The threshold of £7 per hour has been chosen as being roughly two-thirds of the UK median hourly earnings at the time and is commonly used as a threshold which analysing low pay.

The second graph show the same information but in terms of absolute numbers rather than percentages.

The third graph shows, for the latest year, the estimated pay distribution of the workforce aged 18-21, with the data shown separately for men and women.

The figures in the first three graphs are from published ONS statistics which were themselves derived from the Annual Survey of Hours and Earnings (ASHE), with adjustments by the ONS.  The data source for the earnings deflators is the ONS Average Earnings Index, using the series which is seasonally adjusted (LNMQ).  2

The fourth graph shows, for the latest year, the proportions of employees paid less than £7 per hour by age group, with the data shown separately for part-time workers, full-time women and full-time men.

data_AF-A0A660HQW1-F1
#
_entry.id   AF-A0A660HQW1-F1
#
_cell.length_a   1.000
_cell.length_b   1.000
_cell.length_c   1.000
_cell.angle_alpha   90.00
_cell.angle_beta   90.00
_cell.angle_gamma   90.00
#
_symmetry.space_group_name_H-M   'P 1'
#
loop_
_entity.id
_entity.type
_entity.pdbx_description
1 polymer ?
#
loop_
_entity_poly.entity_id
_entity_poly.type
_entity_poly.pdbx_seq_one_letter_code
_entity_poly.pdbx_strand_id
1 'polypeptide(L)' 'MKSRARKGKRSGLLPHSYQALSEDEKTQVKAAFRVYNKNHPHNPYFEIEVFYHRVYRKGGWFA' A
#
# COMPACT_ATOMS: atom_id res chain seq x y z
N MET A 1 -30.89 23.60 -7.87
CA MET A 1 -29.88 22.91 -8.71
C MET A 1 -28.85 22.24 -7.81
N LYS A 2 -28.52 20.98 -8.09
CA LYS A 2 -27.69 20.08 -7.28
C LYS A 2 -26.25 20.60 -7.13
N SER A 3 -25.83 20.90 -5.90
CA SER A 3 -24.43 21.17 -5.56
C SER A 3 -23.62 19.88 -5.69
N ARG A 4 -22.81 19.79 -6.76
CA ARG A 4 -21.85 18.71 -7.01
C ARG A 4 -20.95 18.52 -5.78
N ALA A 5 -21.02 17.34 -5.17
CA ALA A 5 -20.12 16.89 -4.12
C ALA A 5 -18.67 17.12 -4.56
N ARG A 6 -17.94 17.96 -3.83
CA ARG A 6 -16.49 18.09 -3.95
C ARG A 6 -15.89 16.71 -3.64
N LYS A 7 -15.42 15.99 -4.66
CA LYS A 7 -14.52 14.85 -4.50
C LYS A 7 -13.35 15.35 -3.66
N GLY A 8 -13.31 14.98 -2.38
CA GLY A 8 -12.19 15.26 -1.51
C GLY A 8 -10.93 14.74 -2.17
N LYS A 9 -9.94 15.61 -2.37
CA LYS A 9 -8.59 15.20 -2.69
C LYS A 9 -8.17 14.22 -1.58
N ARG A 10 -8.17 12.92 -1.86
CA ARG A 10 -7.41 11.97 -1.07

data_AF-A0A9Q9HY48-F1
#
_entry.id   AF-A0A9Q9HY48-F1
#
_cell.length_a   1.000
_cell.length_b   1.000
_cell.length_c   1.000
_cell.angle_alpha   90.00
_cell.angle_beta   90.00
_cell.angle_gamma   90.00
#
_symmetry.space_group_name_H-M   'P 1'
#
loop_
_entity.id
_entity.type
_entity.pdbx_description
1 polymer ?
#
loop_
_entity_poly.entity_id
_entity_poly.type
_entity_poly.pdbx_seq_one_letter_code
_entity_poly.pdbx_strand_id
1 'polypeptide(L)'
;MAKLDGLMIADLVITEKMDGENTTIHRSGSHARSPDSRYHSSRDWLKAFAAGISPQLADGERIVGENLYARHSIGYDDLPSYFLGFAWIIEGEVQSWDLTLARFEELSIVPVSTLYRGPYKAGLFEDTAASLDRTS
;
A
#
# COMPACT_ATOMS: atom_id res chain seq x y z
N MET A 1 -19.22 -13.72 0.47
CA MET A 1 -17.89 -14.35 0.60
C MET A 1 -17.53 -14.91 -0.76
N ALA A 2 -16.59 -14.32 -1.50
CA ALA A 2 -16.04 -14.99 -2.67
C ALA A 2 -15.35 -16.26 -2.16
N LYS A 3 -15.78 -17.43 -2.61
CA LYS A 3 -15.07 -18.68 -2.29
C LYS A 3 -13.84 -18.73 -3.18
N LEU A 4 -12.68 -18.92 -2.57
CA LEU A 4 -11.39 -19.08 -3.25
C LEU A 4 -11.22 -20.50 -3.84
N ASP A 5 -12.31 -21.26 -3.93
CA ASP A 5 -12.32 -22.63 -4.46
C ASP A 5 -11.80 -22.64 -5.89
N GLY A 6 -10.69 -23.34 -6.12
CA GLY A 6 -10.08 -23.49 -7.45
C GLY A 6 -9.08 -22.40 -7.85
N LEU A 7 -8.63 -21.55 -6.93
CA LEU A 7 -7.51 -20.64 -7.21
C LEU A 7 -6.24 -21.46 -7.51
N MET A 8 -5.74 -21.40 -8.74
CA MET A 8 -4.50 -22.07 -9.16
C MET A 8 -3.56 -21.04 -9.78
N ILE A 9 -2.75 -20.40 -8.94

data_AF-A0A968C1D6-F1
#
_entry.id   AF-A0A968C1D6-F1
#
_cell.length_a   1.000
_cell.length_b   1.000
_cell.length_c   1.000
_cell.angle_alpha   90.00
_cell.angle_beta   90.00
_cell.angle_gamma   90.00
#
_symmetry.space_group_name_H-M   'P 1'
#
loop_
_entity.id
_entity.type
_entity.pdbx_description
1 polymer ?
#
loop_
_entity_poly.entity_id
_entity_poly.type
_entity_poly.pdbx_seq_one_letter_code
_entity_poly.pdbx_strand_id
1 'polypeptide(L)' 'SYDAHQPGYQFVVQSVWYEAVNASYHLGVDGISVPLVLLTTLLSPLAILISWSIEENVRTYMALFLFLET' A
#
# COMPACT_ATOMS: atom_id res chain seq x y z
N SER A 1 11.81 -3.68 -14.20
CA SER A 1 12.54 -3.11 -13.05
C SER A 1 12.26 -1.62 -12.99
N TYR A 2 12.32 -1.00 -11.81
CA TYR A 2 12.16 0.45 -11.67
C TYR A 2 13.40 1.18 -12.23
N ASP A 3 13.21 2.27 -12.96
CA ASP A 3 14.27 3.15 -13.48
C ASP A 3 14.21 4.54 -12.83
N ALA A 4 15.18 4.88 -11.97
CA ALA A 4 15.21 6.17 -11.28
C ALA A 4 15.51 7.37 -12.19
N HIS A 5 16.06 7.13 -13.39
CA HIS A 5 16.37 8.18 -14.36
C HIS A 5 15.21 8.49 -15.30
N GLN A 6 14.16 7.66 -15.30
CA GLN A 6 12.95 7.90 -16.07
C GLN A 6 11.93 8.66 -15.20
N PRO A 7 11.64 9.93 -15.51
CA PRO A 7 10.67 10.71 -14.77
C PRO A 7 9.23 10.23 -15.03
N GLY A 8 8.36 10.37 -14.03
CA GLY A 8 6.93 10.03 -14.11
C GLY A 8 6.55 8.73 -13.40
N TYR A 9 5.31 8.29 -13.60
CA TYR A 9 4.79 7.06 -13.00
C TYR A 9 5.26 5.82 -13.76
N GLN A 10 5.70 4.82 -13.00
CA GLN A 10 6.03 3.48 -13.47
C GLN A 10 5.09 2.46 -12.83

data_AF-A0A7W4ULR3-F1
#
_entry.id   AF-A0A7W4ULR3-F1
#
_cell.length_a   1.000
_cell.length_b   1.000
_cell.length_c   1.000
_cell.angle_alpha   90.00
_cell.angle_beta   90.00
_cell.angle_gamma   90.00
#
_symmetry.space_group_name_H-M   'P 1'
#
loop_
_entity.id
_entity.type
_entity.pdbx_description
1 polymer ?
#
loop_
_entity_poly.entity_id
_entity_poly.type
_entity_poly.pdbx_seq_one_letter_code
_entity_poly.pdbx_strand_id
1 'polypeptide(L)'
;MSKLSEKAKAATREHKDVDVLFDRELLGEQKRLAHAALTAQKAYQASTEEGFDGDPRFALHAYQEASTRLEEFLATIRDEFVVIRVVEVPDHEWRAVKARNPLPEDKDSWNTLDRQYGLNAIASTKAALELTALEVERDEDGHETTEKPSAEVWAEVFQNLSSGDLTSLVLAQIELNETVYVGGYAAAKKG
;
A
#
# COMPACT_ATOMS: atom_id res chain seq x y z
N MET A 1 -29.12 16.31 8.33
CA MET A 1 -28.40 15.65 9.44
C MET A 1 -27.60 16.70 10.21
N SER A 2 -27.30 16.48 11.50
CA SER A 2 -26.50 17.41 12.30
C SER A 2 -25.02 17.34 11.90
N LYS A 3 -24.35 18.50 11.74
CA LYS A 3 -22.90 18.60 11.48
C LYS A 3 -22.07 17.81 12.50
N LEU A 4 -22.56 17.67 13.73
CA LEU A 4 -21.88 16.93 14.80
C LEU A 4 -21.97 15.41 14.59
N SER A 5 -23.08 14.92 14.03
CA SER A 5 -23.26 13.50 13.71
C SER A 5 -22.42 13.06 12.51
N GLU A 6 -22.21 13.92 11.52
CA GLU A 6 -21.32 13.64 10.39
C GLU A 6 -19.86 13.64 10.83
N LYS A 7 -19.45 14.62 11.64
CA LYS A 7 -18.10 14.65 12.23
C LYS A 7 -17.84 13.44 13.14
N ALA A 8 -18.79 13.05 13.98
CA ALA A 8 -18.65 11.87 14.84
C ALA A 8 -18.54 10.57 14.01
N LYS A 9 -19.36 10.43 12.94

The data source for the fourth graph is the Annual Survey of Hours and Earnings (ASHE) and relates to the United Kingdom.  The proportions have been calculated from the hourly rates at each decile using interpolation to estimate the consequent proportion earning less than £7 per hour.  Note that this method is much less reliable where the proportion is less than 10%.

The fifth graph shows, for the latest year, how the proportion of employees aged 16 to 24 earning less than £7 per hour varies by industry sector, with the data shown separately for men and women.

The sixth graph shows the distribution of employees aged 16 to 24 earning less than £7 per hour between industrial sectors.

Of the 21 Standard Industrial Classification (SIC) 2007 industry sectors, some have been combined together for presentations purposes: ‘manufacturing and production’ is industry codes A-F; ‘private sector services’ is codes H plus J-N; ‘public sector’ is codes O-Q; and ‘community services’ is codes R-S.

The data source for the fifth and sixth graphs is the Labour Force Survey (equivalent data by age group and industry not being available from the published results of ASHE) and relates to the United Kingdom.  People whose hourly pay rates cannot be calculated from the survey data have been excluded from the analysis.